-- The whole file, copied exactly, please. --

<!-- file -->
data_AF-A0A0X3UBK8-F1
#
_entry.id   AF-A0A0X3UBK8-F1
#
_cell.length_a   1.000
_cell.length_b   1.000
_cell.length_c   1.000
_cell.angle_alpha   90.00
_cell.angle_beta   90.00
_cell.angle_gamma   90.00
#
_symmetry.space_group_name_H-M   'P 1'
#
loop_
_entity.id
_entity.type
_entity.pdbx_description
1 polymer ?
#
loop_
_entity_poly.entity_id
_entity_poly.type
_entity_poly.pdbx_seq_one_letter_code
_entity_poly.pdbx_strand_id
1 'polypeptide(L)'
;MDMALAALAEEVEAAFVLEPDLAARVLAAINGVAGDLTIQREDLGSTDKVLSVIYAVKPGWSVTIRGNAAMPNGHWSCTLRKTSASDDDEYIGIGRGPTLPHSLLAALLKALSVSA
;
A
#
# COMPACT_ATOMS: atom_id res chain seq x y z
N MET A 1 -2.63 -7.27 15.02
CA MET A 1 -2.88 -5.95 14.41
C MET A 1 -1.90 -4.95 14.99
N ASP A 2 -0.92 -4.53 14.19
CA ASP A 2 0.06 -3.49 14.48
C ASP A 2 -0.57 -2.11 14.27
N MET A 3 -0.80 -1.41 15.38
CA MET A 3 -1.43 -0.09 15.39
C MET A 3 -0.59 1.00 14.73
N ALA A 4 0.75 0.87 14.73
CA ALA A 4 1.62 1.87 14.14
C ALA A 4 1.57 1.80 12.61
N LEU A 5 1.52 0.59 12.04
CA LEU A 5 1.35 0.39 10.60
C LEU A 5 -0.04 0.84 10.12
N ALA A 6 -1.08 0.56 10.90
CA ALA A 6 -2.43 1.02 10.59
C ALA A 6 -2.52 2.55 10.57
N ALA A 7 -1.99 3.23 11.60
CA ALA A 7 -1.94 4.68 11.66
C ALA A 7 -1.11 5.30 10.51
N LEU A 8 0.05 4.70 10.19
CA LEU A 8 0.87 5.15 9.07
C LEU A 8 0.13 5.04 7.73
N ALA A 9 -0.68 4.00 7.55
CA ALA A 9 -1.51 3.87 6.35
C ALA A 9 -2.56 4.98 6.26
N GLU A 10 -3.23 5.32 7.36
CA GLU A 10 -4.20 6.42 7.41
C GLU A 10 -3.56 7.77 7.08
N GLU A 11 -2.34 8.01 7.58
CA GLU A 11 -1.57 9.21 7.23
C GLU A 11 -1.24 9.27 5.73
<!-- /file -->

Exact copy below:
data_AF-A0A0X3UBK8-F1
#
_entry.id   AF-A0A0X3UBK8-F1
#
_cell.length_a   1.000
_cell.length_b   1.000
_cell.length_c   1.000
_cell.angle_alpha   90.00
_cell.angle_beta   90.00
_cell.angle_gamma   90.00
#
_symmetry.space_group_name_H-M   'P 1'
#
loop_
_entity.id
_entity.type
_entity.pdbx_description
1 polymer ?
#
loop_
_entity_poly.entity_id
_entity_poly.type
_entity_poly.pdbx_seq_one_letter_code
_entity_poly.pdbx_strand_id
1 'polypeptide(L)'
;MDMALAALAEEVEAAFVLEPDLAARVLAAINGVAGDLTIQREDLGSTDKVLSVIYAVKPGWSVTIRGNAAMPNGHWSCTLRKTSASDDDEYIGIGRGPTLPHSLLAALLKALSVSA
;
A
#
# COMPACT_ATOMS: atom_id res chain seq x y z
N MET A 1 -2.63 -7.27 15.02
CA MET A 1 -2.88 -5.95 14.41
C MET A 1 -1.90 -4.95 14.99
N ASP A 2 -0.92 -4.53 14.19
CA ASP A 2 0.06 -3.49 14.48
C ASP A 2 -0.57 -2.11 14.27
N MET A 3 -0.80 -1.41 15.38
CA MET A 3 -1.43 -0.09 15.39
C MET A 3 -0.59 1.00 14.73
N ALA A 4 0.75 0.87 14.73
CA ALA A 4 1.62 1.87 14.14
C ALA A 4 1.57 1.80 12.61
N LEU A 5 1.52 0.59 12.04
CA LEU A 5 1.35 0.39 10.60
C LEU A 5 -0.04 0.84 10.12
N ALA A 6 -1.08 0.56 10.90
CA ALA A 6 -2.43 1.02 10.59
C ALA A 6 -2.52 2.55 10.57
N ALA A 7 -1.99 3.23 11.60
CA ALA A 7 -1.94 4.68 11.66
C ALA A 7 -1.11 5.30 10.51
N LEU A 8 0.05 4.70 10.19
CA LEU A 8 0.87 5.15 9.07
C LEU A 8 0.13 5.04 7.73
N ALA A 9 -0.68 4.00 7.55
CA ALA A 9 -1.51 3.87 6.35
C ALA A 9 -2.56 4.98 6.26
N GLU A 10 -3.23 5.32 7.36
CA GLU A 10 -4.20 6.42 7.41
C GLU A 10 -3.56 7.77 7.08
N GLU A 11 -2.34 8.01 7.58
CA GLU A 11 -1.57 9.21 7.23
C GLU A 11 -1.24 9.27 5.73